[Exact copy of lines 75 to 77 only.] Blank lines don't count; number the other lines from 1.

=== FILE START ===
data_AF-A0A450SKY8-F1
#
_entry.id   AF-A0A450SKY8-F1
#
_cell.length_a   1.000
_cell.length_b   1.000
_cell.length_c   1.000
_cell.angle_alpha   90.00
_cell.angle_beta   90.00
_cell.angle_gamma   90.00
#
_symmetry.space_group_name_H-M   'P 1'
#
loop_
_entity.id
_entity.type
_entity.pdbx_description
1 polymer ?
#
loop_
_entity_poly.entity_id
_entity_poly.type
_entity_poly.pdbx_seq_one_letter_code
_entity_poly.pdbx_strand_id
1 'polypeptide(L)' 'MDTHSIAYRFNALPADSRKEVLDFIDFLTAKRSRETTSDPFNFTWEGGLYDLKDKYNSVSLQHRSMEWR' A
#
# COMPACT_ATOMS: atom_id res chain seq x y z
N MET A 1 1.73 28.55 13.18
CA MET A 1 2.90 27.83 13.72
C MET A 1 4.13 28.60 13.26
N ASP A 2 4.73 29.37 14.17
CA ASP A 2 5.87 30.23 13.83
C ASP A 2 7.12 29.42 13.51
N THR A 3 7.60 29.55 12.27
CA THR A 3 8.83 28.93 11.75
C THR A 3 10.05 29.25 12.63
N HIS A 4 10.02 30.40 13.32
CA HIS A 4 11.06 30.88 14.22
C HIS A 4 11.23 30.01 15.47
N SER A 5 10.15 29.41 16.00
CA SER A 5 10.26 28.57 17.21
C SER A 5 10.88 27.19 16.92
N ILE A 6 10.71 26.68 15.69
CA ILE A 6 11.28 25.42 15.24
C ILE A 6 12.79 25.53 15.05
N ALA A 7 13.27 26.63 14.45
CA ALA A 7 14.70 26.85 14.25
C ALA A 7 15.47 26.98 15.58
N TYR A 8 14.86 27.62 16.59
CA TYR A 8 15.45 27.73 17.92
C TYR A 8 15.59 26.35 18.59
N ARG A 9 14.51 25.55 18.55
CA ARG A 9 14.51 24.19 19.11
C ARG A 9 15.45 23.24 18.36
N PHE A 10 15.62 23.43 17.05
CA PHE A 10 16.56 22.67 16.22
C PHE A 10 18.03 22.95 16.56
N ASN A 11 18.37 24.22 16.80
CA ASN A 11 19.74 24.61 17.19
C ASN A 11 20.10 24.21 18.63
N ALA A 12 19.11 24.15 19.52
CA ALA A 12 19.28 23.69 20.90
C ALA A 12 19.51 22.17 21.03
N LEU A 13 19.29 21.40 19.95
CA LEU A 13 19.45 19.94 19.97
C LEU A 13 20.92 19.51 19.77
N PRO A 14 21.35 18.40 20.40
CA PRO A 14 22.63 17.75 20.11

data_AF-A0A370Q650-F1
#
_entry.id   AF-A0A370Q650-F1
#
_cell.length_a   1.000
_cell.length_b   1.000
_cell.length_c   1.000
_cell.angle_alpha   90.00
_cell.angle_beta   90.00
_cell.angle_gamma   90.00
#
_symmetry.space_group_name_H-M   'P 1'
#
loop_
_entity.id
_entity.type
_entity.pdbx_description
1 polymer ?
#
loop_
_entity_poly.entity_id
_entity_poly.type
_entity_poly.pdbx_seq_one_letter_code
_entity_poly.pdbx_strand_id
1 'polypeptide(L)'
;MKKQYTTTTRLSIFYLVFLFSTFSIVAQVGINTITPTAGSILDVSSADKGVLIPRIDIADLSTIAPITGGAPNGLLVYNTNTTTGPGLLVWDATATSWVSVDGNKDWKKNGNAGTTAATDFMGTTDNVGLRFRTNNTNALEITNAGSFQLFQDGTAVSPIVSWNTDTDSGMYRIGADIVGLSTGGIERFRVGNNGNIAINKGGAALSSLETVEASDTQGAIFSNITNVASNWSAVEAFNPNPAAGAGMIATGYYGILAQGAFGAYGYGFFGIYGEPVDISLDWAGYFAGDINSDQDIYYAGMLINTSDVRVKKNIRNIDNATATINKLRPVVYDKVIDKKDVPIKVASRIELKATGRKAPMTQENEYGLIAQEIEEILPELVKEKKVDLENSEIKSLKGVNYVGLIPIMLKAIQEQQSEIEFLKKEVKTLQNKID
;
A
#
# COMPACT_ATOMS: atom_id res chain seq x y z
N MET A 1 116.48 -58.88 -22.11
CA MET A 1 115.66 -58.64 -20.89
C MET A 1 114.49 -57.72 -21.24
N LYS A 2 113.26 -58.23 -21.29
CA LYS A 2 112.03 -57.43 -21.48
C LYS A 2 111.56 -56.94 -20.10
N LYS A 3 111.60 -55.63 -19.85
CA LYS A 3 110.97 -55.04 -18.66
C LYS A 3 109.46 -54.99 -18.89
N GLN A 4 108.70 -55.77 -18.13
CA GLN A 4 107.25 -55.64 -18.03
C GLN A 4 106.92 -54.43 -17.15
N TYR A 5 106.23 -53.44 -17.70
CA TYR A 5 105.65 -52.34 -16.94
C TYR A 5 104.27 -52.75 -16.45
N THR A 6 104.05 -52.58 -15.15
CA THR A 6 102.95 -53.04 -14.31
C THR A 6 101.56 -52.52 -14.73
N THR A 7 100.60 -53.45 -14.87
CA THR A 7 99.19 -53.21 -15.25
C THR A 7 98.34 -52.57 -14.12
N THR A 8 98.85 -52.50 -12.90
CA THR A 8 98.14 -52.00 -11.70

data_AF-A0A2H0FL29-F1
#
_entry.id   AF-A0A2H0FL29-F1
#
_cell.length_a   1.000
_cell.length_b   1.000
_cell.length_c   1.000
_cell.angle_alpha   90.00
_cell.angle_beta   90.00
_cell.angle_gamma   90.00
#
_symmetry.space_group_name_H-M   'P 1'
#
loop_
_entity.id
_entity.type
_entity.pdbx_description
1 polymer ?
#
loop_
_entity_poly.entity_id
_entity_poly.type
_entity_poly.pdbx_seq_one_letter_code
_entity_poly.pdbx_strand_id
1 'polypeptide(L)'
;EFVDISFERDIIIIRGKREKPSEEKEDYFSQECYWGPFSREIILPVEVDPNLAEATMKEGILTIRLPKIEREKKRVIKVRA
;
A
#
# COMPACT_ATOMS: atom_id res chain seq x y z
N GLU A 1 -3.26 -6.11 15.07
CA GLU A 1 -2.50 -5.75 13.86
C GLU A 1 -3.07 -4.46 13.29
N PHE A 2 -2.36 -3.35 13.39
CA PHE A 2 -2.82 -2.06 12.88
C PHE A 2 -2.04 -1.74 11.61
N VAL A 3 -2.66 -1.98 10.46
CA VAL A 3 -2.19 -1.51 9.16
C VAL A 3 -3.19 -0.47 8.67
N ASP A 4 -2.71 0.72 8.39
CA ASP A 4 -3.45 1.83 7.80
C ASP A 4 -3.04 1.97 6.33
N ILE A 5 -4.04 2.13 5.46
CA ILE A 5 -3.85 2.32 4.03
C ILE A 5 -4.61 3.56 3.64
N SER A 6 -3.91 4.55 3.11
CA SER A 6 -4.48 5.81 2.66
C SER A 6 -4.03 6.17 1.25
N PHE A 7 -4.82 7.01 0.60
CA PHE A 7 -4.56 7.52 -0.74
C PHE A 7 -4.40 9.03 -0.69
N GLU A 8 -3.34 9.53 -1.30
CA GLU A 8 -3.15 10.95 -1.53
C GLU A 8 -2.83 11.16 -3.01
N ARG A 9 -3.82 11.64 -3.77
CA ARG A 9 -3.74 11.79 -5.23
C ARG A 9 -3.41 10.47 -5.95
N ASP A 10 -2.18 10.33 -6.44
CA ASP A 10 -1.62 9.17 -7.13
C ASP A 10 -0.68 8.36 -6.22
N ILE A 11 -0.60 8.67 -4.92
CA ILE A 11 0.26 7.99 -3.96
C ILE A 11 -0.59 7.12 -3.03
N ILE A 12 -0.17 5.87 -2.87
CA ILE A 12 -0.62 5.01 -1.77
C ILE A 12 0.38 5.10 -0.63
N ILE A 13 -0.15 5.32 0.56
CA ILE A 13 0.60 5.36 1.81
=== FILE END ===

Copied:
_cell.length_c   1.000
_cell.angle_alpha   90.00
_cell.angle_beta   90.00